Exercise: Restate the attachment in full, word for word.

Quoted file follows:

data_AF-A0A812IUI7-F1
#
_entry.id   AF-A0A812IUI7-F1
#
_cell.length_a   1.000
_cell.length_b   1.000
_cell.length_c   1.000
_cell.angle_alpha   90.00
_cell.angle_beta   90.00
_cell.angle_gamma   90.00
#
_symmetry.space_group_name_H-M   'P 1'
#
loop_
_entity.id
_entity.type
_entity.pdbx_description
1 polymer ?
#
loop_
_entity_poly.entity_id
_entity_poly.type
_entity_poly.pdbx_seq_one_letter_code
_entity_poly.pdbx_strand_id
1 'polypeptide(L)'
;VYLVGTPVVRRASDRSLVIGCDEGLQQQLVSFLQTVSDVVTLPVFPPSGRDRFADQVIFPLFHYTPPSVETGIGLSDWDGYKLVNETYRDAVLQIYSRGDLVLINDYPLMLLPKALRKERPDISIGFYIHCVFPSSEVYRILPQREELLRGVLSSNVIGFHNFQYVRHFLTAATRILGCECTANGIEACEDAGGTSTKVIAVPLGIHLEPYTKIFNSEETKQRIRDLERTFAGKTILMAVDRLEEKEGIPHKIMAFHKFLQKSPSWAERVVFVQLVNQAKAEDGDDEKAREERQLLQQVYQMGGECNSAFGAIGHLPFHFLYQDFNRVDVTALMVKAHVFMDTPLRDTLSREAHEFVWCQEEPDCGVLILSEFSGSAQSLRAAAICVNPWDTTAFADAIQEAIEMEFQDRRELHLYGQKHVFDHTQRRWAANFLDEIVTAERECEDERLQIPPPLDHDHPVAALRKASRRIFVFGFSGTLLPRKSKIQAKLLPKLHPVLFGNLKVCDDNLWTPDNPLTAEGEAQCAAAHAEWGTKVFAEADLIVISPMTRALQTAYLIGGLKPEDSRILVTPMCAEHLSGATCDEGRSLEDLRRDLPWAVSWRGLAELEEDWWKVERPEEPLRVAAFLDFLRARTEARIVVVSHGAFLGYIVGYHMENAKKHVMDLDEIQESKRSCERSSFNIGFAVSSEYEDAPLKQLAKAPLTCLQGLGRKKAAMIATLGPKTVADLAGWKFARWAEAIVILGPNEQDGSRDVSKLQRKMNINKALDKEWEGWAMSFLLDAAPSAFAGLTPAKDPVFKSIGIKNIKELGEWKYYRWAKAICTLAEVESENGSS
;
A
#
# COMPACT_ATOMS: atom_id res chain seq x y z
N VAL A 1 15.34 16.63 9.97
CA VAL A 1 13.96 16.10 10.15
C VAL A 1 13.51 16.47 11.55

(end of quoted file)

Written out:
data_AF-A0A812IUI7-F1
#
_entry.id   AF-A0A812IUI7-F1
#
_cell.length_a   1.000
_cell.length_b   1.000
_cell.length_c   1.000
_cell.angle_alpha   90.00
_cell.angle_beta   90.00
_cell.angle_gamma   90.00
#
_symmetry.space_group_name_H-M   'P 1'
#
loop_
_entity.id
_entity.type
_entity.pdbx_description
1 polymer ?
#
loop_
_entity_poly.entity_id
_entity_poly.type
_entity_poly.pdbx_seq_one_letter_code
_entity_poly.pdbx_strand_id
1 'polypeptide(L)'
;VYLVGTPVVRRASDRSLVIGCDEGLQQQLVSFLQTVSDVVTLPVFPPSGRDRFADQVIFPLFHYTPPSVETGIGLSDWDGYKLVNETYRDAVLQIYSRGDLVLINDYPLMLLPKALRKERPDISIGFYIHCVFPSSEVYRILPQREELLRGVLSSNVIGFHNFQYVRHFLTAATRILGCECTANGIEACEDAGGTSTKVIAVPLGIHLEPYTKIFNSEETKQRIRDLERTFAGKTILMAVDRLEEKEGIPHKIMAFHKFLQKSPSWAERVVFVQLVNQAKAEDGDDEKAREERQLLQQVYQMGGECNSAFGAIGHLPFHFLYQDFNRVDVTALMVKAHVFMDTPLRDTLSREAHEFVWCQEEPDCGVLILSEFSGSAQSLRAAAICVNPWDTTAFADAIQEAIEMEFQDRRELHLYGQKHVFDHTQRRWAANFLDEIVTAERECEDERLQIPPPLDHDHPVAALRKASRRIFVFGFSGTLLPRKSKIQAKLLPKLHPVLFGNLKVCDDNLWTPDNPLTAEGEAQCAAAHAEWGTKVFAEADLIVISPMTRALQTAYLIGGLKPEDSRILVTPMCAEHLSGATCDEGRSLEDLRRDLPWAVSWRGLAELEEDWWKVERPEEPLRVAAFLDFLRARTEARIVVVSHGAFLGYIVGYHMENAKKHVMDLDEIQESKRSCERSSFNIGFAVSSEYEDAPLKQLAKAPLTCLQGLGRKKAAMIATLGPKTVADLAGWKFARWAEAIVILGPNEQDGSRDVSKLQRKMNINKALDKEWEGWAMSFLLDAAPSAFAGLTPAKDPVFKSIGIKNIKELGEWKYYRWAKAICTLAEVESENGSS
;
A
#
# COMPACT_ATOMS: atom_id res chain seq x y z
N VAL A 1 15.34 16.63 9.97
CA VAL A 1 13.96 16.10 10.15
C VAL A 1 13.51 16.47 11.55